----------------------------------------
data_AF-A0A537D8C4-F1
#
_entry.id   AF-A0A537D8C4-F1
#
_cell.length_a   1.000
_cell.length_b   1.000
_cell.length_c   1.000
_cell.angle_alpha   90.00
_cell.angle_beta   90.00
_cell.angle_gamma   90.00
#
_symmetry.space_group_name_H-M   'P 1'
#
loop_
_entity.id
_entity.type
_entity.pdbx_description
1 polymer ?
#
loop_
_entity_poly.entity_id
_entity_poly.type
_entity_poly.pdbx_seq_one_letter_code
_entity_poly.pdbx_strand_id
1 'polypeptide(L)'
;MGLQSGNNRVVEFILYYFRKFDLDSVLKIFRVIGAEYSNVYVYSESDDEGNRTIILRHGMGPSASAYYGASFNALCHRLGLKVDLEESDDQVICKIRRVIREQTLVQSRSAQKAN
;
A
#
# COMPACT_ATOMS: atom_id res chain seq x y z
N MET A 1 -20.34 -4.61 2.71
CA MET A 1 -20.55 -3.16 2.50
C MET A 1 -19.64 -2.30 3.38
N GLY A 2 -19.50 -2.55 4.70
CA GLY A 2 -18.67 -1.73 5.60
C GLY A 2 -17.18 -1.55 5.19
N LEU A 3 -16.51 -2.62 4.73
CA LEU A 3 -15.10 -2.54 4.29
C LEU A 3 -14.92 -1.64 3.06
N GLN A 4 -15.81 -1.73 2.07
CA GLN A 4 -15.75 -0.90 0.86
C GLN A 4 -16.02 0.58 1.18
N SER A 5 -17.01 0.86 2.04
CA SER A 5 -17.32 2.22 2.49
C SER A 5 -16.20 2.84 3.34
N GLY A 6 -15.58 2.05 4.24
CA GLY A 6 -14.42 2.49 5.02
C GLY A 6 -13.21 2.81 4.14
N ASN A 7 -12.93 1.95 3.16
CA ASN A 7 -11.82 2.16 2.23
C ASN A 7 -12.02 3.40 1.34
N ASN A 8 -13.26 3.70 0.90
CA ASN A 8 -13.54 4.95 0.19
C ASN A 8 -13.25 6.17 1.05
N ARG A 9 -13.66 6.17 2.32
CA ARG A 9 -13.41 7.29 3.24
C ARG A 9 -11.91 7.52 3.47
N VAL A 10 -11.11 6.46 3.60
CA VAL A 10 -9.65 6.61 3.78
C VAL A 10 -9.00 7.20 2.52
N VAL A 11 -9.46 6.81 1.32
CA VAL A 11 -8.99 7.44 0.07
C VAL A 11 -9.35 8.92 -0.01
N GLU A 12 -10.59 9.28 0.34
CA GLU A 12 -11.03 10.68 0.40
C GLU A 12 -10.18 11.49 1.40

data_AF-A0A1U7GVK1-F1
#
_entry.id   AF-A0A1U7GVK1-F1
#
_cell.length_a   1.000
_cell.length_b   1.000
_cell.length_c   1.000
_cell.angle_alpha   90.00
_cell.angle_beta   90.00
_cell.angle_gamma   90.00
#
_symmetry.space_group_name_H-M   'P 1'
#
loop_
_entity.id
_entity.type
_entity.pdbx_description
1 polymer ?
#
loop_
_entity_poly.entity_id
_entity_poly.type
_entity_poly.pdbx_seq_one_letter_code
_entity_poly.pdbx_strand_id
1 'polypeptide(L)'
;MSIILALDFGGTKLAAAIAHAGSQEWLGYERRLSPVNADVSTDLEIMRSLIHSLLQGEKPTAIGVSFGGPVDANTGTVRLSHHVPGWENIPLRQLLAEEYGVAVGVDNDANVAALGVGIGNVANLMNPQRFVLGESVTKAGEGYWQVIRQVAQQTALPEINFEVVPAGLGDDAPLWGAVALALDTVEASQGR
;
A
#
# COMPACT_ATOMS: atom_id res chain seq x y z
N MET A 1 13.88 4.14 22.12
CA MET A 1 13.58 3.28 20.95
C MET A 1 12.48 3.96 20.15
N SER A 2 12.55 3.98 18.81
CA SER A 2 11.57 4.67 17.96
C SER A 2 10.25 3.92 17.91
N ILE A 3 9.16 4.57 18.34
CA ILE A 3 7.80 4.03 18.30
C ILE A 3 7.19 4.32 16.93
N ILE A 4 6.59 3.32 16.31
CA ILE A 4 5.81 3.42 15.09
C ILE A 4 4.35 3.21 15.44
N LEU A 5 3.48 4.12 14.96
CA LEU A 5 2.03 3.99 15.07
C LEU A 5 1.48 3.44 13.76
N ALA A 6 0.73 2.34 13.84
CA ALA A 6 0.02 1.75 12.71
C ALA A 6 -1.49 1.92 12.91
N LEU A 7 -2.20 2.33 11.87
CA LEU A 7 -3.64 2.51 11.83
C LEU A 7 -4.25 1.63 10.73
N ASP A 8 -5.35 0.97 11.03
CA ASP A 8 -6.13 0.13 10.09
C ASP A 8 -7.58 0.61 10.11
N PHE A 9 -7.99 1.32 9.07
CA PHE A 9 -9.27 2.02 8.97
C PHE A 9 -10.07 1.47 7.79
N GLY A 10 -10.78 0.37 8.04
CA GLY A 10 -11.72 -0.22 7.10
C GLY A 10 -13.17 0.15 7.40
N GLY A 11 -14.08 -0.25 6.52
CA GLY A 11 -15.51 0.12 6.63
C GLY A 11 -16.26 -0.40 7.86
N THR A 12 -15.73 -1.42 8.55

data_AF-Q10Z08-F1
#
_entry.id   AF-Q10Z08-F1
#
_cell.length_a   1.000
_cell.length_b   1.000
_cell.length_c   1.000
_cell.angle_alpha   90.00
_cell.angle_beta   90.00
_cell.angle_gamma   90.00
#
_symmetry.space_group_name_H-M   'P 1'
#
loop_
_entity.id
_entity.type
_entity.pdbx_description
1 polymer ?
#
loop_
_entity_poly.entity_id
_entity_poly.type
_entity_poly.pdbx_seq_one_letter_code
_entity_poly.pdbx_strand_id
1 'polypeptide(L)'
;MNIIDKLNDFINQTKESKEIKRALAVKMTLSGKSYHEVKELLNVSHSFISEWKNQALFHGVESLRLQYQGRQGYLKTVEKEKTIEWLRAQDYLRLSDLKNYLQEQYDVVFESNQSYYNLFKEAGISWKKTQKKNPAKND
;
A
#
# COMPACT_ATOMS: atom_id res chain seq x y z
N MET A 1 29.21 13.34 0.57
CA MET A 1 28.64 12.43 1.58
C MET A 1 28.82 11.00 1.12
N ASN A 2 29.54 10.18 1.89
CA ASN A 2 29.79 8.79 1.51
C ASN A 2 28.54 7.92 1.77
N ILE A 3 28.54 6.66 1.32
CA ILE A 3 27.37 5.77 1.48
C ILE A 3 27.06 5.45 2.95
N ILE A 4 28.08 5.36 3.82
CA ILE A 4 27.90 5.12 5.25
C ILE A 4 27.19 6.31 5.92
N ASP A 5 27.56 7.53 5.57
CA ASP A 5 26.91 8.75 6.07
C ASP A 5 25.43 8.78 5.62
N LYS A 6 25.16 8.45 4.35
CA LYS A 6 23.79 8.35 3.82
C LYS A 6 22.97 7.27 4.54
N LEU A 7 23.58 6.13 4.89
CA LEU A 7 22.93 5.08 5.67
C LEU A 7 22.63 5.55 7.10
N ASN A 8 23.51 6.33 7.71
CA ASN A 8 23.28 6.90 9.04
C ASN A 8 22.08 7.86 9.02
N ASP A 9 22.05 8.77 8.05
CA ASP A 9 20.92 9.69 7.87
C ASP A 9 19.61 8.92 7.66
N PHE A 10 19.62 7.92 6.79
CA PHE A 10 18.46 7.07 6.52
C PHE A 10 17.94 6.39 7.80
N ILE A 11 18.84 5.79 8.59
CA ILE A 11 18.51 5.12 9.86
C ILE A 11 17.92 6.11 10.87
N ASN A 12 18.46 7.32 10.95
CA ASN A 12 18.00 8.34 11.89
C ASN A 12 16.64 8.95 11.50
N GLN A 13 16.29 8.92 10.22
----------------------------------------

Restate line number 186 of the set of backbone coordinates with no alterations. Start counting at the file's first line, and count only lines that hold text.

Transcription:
CA ASP A 9 20.92 9.69 7.87